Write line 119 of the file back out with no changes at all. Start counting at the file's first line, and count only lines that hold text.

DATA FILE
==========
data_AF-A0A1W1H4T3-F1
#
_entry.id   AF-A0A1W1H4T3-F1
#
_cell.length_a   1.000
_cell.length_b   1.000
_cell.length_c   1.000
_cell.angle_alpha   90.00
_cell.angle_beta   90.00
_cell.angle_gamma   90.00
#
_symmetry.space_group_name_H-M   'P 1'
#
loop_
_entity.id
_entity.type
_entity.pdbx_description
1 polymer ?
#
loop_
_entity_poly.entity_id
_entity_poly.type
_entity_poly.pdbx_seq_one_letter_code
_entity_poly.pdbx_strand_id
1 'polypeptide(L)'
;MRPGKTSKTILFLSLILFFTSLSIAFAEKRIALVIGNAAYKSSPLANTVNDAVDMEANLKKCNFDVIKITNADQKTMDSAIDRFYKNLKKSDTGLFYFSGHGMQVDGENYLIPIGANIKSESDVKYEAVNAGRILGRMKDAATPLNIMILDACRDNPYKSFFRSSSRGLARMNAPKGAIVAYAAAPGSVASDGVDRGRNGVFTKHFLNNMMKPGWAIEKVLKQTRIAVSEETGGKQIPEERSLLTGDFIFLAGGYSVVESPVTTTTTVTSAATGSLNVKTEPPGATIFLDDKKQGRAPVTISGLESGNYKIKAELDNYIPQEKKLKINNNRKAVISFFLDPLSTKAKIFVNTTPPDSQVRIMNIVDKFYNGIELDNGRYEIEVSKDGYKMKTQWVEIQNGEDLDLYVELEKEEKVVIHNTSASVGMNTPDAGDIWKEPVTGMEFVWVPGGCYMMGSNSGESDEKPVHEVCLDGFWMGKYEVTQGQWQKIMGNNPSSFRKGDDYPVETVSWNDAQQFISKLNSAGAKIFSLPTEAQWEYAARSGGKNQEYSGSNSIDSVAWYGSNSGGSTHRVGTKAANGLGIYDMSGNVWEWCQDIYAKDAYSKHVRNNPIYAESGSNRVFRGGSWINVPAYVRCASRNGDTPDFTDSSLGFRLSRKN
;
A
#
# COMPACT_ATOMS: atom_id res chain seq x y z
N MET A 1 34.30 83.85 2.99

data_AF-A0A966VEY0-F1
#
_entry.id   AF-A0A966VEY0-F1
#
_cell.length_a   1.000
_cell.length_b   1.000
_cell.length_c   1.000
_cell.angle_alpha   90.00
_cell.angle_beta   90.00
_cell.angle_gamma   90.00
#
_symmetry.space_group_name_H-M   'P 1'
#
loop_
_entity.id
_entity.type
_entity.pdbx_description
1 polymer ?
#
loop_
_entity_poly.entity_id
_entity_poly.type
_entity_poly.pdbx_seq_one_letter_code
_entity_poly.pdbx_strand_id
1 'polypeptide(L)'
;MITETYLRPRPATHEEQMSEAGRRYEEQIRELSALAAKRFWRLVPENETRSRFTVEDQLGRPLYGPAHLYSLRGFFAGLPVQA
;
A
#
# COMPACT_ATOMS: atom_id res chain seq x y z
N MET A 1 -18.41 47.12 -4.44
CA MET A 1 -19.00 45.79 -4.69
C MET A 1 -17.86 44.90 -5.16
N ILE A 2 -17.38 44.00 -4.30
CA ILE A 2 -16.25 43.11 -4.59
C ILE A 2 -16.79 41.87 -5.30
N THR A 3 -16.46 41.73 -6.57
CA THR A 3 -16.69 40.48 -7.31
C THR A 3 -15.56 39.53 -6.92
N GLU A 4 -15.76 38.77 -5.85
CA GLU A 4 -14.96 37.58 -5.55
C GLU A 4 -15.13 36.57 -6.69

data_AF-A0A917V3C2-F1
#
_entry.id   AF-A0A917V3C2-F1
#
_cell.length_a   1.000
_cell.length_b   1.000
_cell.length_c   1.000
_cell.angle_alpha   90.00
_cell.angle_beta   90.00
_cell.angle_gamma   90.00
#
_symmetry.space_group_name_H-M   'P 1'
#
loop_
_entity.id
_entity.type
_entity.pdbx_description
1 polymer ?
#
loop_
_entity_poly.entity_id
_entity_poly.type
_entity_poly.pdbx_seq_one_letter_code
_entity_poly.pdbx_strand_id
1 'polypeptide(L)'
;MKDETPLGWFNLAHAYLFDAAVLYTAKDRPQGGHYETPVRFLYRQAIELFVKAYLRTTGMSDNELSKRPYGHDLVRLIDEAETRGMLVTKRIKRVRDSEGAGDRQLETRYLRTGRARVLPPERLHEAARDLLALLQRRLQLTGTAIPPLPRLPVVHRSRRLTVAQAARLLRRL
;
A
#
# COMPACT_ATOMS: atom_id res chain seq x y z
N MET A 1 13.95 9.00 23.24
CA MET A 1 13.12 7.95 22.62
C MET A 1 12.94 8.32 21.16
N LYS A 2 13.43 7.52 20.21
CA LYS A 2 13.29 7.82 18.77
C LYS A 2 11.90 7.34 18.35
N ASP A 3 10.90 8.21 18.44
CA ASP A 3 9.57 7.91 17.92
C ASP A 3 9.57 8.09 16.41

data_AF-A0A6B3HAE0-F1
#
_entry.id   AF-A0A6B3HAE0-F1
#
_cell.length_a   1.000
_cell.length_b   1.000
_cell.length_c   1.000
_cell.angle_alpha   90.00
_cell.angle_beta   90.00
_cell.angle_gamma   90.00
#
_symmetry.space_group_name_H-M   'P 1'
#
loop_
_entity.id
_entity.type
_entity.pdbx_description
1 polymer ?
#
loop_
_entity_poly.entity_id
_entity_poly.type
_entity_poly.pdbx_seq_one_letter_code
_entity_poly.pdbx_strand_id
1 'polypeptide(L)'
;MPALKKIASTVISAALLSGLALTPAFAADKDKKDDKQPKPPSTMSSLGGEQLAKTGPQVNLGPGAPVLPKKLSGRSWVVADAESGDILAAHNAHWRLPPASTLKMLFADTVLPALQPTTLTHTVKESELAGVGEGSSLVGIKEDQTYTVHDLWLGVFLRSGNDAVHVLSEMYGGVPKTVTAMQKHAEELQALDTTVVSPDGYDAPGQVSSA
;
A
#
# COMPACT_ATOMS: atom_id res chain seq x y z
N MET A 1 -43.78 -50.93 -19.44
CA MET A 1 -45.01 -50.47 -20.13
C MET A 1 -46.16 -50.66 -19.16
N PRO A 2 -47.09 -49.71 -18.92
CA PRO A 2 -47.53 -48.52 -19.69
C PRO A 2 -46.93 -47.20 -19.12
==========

_cell.length_c   1.000